Rule 206(3)-3T. In lieu of relying exclusively on credit ratings to determine eligibility for principal trading of underwritten securities under the rule, advisers would need to make a determination of a security's credit risk and liquidity. This determination would impose some costs on advisers. Advisers seeking to rely on the exception would need to develop and implement procedures regarding their eligibility determinations in accordance with their responsibilities under Advisers Act rule 206(4)-7. And, in making their determinations, many advisers would expend resources beyond merely obtaining credit ratings from NRSROs, as is required under the current rule.

Commission staff estimates that the costs of preparing the procedures for making the determinations of credit quality and liquidity under the rule would be borne upfront. Once generated, reviewed, and implemented by eligible advisers, advisers would be able to follow them for purposes of making further determinations of eligibility for underwritten securities under the requirements of the rule. For purposes of the PRA analysis, our staff has estimated the number of hours and costs the average adviser would spend in the initial preparation of its policies and procedures.[108] Based on those estimates, our staff estimates that advisers would incur costs of approximately $1,820 on average per adviser, including legal consultation.[109] Assuming there are 185 eligible advisers (i.e., advisers that also are registered broker-dealers) that would prepare relevant policies and procedures, our staff estimates that the total costs would be $336,700.[110]

We request comment on these cost estimates. Are the cost estimates accurate regarding the proposed procedures for making credit quality determinations? Do commenters foresee additional or alternative costs if the proposed amendments to rule 206(3)-3T are adopted?

C. Request for Comment

We request comment on all aspects of this cost-benefit analysis, including comment as to whether the estimates we have used in our analysis are reasonable. We welcome comment on any aspect of our analysis, including the estimates and the assumptions we have described. In particular, we request comment as to any costs or benefits we may not have considered here that could result from the adoption of the proposed amendments. We also request comment on the numerical estimates discussed above, and request comment on specific costs and benefits from covered institutions that have experienced any of the situations analyzed above.

VII. Consideration of Promotion of Efficiency, Competition and Capital Formation

Investment Company Act section 2(c) and Investment Advisers Act section 202(c) require us, when engaging in rulemaking where we are required to consider or determine whether an action is necessary or appropriate in the public interest, to consider, in addition to the protection of investors, whether the action will promote efficiency, competition, and capital formation.[111] If adopted, the Commission believes that these amendments would reduce the potential for over-reliance on ratings, and thereby promote investor protection. The Commission anticipates that these proposed amendments would improve investors' ability to make informed investment decisions, which would therefore lead to increased efficiency and competitiveness of the U.S. capital markets. The Commission expects that this increased market efficiency and investor confidence also may encourage more efficient capital formation.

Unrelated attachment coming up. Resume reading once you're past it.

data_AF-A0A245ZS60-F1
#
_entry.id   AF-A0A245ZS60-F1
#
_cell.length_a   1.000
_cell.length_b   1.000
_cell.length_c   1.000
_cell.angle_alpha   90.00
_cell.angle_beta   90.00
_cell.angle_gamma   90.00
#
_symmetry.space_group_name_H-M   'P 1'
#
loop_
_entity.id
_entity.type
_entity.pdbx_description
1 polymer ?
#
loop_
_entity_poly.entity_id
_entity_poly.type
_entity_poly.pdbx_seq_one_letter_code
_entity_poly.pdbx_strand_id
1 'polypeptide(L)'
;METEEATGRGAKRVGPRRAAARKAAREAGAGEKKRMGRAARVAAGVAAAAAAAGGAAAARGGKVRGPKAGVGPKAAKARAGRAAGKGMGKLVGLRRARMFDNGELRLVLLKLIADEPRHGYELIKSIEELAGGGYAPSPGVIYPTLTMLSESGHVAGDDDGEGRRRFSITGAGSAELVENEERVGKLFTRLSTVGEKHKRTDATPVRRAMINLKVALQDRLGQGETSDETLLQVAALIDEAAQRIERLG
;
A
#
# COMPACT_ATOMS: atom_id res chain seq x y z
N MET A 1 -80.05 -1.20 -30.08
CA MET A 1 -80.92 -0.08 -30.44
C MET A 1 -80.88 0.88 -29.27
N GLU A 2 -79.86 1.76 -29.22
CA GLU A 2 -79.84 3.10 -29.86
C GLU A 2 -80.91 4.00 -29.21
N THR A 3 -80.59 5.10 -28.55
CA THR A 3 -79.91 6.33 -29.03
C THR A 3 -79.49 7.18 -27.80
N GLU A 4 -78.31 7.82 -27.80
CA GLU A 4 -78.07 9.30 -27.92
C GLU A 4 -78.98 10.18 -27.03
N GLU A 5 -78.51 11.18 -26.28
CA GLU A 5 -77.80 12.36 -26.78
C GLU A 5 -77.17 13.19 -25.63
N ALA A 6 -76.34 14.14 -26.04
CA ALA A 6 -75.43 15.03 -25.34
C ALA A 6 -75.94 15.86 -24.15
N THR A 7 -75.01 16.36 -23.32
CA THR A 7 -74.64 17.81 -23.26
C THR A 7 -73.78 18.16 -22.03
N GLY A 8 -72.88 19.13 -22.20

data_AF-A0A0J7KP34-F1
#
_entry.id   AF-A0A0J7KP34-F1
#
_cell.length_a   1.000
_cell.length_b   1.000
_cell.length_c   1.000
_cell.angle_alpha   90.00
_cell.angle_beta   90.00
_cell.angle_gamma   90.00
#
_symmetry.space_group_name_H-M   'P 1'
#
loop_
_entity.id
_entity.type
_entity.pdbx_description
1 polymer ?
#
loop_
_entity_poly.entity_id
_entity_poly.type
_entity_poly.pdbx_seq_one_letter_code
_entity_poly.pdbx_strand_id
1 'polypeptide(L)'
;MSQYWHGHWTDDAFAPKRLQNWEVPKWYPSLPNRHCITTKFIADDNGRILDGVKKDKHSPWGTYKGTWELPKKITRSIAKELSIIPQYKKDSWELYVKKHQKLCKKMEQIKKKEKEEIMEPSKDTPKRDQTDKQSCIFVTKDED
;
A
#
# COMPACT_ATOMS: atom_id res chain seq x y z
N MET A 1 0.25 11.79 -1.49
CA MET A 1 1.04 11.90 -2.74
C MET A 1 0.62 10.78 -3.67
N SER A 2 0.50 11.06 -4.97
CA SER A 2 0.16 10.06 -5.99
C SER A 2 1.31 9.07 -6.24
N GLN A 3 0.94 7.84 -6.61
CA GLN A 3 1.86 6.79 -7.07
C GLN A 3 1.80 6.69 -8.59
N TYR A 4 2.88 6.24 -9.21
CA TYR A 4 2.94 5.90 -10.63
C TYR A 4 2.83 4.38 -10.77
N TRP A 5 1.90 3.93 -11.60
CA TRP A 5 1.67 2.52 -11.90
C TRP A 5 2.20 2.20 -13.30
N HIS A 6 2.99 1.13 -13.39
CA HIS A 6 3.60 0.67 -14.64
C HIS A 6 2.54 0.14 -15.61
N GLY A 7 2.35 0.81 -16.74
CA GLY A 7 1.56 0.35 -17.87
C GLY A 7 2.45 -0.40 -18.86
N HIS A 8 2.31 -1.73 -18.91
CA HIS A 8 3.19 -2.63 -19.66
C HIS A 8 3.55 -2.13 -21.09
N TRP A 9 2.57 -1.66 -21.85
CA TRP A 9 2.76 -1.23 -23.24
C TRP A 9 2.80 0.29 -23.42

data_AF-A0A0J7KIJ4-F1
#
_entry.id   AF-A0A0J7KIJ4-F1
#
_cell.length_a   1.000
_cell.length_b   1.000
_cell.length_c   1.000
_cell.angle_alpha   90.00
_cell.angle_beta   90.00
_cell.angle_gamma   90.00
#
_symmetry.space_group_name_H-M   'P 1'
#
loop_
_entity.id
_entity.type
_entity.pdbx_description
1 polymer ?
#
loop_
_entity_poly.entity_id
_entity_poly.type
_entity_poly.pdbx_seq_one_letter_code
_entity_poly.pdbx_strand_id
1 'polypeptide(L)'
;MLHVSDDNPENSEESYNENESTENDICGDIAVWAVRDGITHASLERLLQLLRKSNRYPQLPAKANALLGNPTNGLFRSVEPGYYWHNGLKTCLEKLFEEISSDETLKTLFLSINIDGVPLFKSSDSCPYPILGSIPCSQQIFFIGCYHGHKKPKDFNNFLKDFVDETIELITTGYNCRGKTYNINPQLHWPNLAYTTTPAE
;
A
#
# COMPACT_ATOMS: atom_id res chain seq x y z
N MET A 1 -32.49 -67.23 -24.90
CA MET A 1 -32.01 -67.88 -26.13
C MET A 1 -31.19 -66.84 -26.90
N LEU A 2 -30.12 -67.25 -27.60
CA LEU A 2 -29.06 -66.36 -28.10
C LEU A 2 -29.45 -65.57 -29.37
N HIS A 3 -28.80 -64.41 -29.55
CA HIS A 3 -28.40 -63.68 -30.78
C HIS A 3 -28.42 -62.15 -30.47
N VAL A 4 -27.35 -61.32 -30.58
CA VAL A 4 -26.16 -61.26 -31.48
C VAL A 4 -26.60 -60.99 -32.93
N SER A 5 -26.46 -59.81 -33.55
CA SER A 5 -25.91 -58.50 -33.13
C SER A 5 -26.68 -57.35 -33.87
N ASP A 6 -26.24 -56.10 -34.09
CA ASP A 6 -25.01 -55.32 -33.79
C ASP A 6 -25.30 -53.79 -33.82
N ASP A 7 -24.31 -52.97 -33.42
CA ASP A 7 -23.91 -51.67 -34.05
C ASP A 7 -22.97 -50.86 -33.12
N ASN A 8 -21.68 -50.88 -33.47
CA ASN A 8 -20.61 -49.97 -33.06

Efficiency. As discussed above, the proposed amendments could result in additional costs for investment companies and registered investment advisers, which could affect the Start Printed Page 40137efficiency of these institutions. The proposed amendments to rule 2a-7 may slightly decrease the efficiency of certain money market funds, to the extent that any funds may be relying exclusively on credit ratings to make current minimal credit risk determinations. We believe that independently generated assessments of credit risks are important, however, and a slight decrease in efficiency may be warranted. Our proposed amendments to rule 3a-7 may reduce market efficiency by limiting the ability of retail investors who invest in structured financing vehicles. However, the proposal to eliminate sales of structured finance vehicles to the retail market would clearly delineate investors who are eligible to buy these products, which may increase market efficiency.

Ratings provide a standard for retail investors, funds, and advisers alike. By eliminating reliance on ratings, the proposed amendments may have a negative impact on efficiency by eliminating an objective standard in credit quality determinations. The proposed amendments also could decrease efficiency to the extent that funds acquired securities that do not meet the particular ratings requirement and that result in the concerns that the rating requirements were designed to address. On the other hand, the proposed amendments may result in some increased market efficiency by affording funds access to securities that do not meet the rating requirements in the current rules, but that would satisfy the credit risk and liquidity standards in the proposed amendments. We do not anticipate that the proposed amendments to rules 2a-7, 5b-3, and 10f-3 would have other impacts on the efficiency of funds that rely on those rules. The proposed amendments to rule 206(3)-3T may increase efficiency by affording clients access to certain investment grade debt securities underwritten by the adviser or its affiliate that they might not have had access to under the standard requiring NRSRO ratings.